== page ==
KPMG has settled it case violation tax case in Texas. It was fined the maximum allowed under state law, $1,000 per offence and ordered to pay costs of $3,842. It is also on probation for the next three years during which is must keep its nose clean or see its practicing license revoked. From WebCPA:
Under the agreement, KPMG admitted that through the actions of former partners and employees it prepared fraudulent tax returns for clients; drafted false statements to support the tax shelters; issued opinions that were false; concealed the tax shelters and the facts regarding them from the Internal Revenue Service; failed to locate and produce documents sought by the IRS, and misrepresented to the IRS KPMGâ€™s role in creating the tax shelters.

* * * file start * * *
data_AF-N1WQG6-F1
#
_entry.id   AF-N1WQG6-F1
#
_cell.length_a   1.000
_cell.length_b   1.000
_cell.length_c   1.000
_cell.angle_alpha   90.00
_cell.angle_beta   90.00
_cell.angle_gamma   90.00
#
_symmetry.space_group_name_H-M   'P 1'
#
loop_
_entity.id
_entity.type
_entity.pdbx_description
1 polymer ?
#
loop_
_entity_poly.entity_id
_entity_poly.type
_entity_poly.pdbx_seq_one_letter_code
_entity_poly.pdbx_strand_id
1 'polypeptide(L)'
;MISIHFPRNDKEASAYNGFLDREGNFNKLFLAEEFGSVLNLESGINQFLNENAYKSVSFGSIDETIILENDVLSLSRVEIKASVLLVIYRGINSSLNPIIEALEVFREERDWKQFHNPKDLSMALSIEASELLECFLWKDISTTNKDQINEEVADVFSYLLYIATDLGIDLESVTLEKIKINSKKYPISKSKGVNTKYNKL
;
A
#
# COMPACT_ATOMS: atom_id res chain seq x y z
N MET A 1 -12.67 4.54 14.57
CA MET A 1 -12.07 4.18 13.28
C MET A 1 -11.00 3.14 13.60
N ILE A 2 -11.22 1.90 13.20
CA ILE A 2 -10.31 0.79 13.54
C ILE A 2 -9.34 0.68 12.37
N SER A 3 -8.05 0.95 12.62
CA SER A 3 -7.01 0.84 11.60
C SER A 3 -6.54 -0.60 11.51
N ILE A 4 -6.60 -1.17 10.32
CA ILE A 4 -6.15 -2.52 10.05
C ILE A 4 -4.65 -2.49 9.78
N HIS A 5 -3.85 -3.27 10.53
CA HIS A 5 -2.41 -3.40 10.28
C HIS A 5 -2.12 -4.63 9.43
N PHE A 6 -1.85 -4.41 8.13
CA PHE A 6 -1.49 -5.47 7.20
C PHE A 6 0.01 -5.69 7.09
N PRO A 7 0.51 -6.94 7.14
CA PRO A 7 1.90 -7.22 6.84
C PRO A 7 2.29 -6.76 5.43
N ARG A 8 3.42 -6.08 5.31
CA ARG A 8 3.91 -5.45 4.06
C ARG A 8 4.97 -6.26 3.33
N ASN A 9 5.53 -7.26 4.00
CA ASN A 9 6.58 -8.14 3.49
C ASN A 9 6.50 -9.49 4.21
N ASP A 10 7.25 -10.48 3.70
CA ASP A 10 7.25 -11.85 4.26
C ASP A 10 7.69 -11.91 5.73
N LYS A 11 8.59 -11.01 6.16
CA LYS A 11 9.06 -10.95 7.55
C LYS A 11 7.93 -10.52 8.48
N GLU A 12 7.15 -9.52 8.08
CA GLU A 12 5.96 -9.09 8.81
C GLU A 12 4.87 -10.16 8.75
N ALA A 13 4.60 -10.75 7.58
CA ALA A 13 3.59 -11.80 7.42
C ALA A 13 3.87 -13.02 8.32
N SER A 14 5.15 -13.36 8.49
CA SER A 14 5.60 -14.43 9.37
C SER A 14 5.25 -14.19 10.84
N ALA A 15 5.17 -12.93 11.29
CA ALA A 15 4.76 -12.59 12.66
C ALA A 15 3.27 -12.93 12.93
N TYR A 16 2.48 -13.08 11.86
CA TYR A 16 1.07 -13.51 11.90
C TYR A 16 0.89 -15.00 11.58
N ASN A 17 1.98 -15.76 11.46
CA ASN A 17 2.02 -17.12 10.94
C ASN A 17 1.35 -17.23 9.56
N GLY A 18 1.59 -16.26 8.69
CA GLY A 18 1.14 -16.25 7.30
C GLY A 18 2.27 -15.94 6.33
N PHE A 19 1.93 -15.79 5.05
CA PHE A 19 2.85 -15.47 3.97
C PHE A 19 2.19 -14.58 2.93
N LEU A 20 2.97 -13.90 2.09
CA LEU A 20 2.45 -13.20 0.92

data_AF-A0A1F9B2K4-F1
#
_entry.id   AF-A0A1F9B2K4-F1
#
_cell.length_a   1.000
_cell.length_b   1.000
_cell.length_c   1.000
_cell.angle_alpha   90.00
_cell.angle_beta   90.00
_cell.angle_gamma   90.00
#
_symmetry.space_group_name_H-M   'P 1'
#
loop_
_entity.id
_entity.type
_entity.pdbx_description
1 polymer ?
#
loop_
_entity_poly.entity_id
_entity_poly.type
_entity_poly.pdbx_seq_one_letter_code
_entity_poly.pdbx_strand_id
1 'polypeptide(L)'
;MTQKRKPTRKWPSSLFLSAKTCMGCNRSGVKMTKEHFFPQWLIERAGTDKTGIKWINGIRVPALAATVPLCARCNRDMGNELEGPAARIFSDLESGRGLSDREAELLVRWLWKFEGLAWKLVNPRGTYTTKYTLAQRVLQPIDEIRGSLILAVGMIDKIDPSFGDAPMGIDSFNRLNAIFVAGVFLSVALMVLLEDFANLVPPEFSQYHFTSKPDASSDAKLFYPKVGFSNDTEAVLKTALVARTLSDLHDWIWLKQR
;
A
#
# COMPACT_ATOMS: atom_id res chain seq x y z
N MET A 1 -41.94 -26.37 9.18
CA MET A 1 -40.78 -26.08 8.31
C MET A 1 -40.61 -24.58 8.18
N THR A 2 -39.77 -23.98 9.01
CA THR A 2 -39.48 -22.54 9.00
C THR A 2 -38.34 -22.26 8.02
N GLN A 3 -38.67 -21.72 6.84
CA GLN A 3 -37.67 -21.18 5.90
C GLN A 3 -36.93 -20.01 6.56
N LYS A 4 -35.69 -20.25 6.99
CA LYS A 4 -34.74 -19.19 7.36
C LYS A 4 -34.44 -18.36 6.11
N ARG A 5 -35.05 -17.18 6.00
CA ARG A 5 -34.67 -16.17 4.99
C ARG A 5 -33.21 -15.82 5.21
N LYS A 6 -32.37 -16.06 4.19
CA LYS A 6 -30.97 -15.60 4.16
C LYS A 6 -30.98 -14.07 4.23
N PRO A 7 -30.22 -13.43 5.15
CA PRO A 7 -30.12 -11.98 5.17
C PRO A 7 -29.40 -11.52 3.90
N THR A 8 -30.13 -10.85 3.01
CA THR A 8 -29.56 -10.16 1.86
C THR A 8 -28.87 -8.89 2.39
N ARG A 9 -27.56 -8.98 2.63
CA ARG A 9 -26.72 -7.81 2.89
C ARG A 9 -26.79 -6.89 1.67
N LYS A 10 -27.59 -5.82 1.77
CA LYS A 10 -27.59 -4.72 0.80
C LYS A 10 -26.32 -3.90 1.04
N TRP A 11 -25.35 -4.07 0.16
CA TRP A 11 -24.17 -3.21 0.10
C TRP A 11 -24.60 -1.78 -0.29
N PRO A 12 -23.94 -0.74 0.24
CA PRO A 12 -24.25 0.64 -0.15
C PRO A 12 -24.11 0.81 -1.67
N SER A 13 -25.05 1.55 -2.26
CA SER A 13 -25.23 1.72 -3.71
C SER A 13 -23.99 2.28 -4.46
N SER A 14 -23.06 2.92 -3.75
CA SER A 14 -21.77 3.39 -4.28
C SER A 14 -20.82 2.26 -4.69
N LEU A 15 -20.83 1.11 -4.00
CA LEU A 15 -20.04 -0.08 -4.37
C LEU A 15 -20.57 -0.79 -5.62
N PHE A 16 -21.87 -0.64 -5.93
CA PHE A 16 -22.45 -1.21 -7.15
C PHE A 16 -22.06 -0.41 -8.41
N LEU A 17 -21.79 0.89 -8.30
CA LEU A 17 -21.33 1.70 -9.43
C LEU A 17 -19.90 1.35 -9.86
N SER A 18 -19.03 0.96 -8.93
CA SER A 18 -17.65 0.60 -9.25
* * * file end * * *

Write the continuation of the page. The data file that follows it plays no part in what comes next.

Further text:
It doesn’t matter which way KPMG attempts to spin this or divert attention away, the extent and number of admitted offences spells out one thing: systematic law breaking that continued after the original offences were committed.
I know there is a large majority of professionals who see tax avoidance as a business cost. But when set out in these stark terms, it is hard to understand how advisors can justify that position when they must know they’re attempting to manipulate the law for advantage. I can’t understand that logic.